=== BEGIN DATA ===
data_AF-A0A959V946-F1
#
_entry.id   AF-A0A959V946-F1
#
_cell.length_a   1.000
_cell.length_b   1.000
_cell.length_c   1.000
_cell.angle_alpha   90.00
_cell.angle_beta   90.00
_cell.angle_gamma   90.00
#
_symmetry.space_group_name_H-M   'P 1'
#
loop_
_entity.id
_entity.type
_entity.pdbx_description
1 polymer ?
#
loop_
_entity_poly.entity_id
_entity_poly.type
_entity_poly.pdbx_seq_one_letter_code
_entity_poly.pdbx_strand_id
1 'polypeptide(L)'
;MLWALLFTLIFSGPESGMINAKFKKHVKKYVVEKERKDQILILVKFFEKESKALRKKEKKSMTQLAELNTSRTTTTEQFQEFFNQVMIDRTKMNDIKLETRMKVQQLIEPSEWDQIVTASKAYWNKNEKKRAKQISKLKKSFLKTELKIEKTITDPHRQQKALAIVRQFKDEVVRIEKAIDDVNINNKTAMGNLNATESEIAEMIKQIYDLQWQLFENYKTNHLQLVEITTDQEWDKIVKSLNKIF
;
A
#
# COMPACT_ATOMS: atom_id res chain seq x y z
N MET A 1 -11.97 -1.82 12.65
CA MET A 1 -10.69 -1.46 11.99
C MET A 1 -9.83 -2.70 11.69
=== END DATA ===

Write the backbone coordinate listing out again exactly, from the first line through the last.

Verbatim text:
data_AF-A0A959V946-F1
#
_entry.id   AF-A0A959V946-F1
#
_cell.length_a   1.000
_cell.length_b   1.000
_cell.length_c   1.000
_cell.angle_alpha   90.00
_cell.angle_beta   90.00
_cell.angle_gamma   90.00
#
_symmetry.space_group_name_H-M   'P 1'
#
loop_
_entity.id
_entity.type
_entity.pdbx_description
1 polymer ?
#
loop_
_entity_poly.entity_id
_entity_poly.type
_entity_poly.pdbx_seq_one_letter_code
_entity_poly.pdbx_strand_id
1 'polypeptide(L)'
;MLWALLFTLIFSGPESGMINAKFKKHVKKYVVEKERKDQILILVKFFEKESKALRKKEKKSMTQLAELNTSRTTTTEQFQEFFNQVMIDRTKMNDIKLETRMKVQQLIEPSEWDQIVTASKAYWNKNEKKRAKQISKLKKSFLKTELKIEKTITDPHRQQKALAIVRQFKDEVVRIEKAIDDVNINNKTAMGNLNATESEIAEMIKQIYDLQWQLFENYKTNHLQLVEITTDQEWDKIVKSLNKIF
;
A
#
# COMPACT_ATOMS: atom_id res chain seq x y z
N MET A 1 -11.97 -1.82 12.65
CA MET A 1 -10.69 -1.46 11.99
C MET A 1 -9.83 -2.70 11.69